In two of my recent talks—In And Out Of Style and Design Principles For The Web—I finish by looking at three different components:
- a button,
- a dropdown, and
- a datepicker.
In each case you could use native HTML elements:
Or you could use
In the case of a dropdown, it’s less clear-cut. Personally, I’d use a
select element. While it’s currently impossible to style the open state of a
select element, you can style the closed state with relative ease. That’s good enough for me.
Personally, I think chasing pixel-perfect consistency across platforms isn’t even desirable, but I get it. I too would like to have more control over styling
select elements. That’s one of the reasons why the work being done by the Open UI group is so important.
But there’s one more component: a button.
Again, you could use the native
button element, or you could use a
div or a
Now, in this case, I must admit that I just don’t get it. Why wouldn’t you just use the native
button element? It has no styling issues and the browser gives you all the interactivity and accessibility out of the box.
I’ve been trying to understand the mindset of a developer who wouldn’t use a native
button element. The easy answer would be that they’re just bad people, and dismiss them. But that would probably be lazy and inaccurate. Nobody sets out to make a website with poor performance or poor accessibility. And yet, by choosing not to use the native HTML element, that’s what’s likely to happen.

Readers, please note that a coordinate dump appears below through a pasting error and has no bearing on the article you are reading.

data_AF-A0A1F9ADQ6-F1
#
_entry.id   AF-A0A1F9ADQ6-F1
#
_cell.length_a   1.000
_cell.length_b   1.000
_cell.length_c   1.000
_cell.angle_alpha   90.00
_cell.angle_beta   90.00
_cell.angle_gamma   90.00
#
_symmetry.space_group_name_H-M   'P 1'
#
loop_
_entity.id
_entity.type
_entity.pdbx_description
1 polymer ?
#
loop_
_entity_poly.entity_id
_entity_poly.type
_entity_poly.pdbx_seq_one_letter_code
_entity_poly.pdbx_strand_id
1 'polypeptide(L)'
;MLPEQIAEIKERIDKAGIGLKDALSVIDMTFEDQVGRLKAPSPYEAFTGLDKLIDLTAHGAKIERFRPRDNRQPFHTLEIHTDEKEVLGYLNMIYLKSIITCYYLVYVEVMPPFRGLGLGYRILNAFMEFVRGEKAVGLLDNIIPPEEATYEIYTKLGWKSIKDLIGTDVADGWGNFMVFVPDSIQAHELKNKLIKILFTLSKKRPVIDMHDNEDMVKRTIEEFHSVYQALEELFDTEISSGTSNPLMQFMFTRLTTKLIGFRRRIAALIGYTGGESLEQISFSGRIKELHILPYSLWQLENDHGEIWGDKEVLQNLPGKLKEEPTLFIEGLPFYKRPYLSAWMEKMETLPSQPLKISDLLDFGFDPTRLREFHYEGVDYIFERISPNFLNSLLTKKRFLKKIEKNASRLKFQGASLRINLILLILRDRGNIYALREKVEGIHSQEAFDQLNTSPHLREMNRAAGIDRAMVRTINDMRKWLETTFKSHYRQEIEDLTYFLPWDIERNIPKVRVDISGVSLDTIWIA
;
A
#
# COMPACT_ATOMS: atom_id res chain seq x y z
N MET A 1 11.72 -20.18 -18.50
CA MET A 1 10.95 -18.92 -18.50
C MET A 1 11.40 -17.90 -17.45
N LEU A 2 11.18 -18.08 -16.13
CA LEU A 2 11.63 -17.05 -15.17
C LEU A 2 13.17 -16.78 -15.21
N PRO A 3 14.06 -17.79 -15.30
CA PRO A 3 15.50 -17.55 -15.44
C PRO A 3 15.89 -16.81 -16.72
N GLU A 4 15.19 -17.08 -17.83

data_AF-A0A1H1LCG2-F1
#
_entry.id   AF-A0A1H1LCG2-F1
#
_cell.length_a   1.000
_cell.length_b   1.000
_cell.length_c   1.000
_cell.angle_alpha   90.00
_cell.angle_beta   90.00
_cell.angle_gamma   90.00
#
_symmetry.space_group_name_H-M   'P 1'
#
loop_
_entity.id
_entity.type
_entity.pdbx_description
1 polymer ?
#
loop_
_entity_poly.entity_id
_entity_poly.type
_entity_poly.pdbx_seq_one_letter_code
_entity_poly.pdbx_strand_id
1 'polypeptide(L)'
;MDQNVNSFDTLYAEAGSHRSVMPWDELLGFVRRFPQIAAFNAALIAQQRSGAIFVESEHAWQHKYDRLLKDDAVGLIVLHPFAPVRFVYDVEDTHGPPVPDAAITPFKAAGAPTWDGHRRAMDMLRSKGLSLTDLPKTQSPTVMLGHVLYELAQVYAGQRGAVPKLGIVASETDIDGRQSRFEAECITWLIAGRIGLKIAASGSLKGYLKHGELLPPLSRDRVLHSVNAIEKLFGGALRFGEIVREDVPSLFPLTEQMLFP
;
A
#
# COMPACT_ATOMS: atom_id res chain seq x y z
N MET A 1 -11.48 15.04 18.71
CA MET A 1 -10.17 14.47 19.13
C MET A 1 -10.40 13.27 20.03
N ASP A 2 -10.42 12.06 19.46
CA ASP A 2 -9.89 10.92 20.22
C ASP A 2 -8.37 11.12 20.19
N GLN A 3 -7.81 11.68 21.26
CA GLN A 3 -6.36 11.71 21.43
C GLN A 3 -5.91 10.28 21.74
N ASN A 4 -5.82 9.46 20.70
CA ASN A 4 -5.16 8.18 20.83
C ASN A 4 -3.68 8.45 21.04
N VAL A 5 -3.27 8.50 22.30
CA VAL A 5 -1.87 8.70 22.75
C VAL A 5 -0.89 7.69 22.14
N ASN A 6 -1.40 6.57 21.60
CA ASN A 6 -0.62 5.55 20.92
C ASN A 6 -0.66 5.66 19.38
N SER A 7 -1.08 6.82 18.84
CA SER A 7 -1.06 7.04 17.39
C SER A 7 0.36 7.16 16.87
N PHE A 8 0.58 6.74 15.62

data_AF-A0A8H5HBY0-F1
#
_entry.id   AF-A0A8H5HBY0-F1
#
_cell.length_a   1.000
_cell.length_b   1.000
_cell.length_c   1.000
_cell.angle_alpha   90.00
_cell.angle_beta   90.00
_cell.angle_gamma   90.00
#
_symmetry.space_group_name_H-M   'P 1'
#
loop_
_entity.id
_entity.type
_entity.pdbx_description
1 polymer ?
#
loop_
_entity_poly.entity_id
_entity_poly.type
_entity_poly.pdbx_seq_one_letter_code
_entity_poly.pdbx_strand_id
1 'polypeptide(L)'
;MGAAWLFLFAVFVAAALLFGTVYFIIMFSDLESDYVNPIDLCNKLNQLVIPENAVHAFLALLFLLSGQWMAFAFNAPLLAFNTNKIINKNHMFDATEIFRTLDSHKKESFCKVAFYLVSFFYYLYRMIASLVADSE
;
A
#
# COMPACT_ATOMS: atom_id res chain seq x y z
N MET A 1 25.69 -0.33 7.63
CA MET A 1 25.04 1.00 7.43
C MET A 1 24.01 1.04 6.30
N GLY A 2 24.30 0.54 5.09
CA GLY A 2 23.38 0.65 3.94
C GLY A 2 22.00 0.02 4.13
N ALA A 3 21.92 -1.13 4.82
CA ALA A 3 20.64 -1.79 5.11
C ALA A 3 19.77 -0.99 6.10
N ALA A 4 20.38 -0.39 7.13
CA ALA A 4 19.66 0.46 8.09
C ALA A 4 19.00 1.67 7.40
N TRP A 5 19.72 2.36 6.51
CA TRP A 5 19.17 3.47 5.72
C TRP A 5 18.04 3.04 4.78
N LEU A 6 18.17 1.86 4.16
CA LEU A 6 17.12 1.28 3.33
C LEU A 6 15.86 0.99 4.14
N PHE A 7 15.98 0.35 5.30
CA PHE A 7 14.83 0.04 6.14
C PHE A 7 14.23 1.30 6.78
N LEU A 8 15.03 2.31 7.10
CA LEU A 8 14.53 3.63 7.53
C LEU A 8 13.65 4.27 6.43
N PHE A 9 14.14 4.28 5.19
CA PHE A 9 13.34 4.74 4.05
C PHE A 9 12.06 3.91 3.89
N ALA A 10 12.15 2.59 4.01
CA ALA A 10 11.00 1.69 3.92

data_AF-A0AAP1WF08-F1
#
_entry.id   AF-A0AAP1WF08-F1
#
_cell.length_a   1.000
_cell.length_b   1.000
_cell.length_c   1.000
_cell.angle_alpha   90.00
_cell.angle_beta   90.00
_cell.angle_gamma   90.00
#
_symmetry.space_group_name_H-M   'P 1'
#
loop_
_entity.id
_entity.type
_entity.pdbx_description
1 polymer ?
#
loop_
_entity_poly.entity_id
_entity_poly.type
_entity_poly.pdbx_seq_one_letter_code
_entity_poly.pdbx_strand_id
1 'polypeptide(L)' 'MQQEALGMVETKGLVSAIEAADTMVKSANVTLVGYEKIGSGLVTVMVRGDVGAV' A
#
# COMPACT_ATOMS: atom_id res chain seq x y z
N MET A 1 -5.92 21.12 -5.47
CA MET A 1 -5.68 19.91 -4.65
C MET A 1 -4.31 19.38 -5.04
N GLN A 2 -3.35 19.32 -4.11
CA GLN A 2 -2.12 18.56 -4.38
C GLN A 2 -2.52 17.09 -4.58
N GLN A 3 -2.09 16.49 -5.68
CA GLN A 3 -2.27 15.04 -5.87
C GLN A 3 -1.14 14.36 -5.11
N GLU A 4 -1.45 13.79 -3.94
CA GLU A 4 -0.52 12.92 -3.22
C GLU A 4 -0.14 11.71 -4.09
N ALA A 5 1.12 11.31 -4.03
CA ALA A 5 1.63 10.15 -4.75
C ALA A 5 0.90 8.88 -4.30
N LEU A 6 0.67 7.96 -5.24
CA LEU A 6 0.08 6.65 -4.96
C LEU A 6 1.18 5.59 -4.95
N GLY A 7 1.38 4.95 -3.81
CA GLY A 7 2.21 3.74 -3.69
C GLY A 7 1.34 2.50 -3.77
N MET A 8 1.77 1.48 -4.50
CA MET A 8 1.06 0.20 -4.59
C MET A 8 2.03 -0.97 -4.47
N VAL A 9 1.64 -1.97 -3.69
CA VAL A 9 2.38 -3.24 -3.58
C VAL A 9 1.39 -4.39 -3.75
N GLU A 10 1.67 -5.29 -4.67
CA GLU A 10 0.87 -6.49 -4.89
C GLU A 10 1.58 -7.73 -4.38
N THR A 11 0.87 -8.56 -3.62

I think I might have finally figured out what might be going on in the mind of such a developer. I think the issue is one of control.
When I hear that there’s a native HTML element—like
select—that comes with built-in behaviours around interaction and accessibility, I think “Great! That’s less work for me. I can just let the browser deal with it.” In other words, I relinquish control to the browser (though not entirely—I still want the styling to be under my control as much as possible).
But I now understand that someone else might hear that there’s a native HTML element—like
select—that comes with built-in behaviours around interaction and accessibility, and think “Uh-oh! What if there unexpected side-effects of these built-in behaviours that might bite me on the ass?” In other words, they don’t trust the browsers enough to relinquish control.
I get it. I don’t agree. But I get it.
But I don’t think it’s a great mindset for the web. The web is filled with uncertainties—browsers, devices, networks. You can’t possibly account for all of the possible variations. On the web, you have to relinquish some control.
Still, I’m glad that I now have a bit more insight into why someone would choose to attempt to retain control by using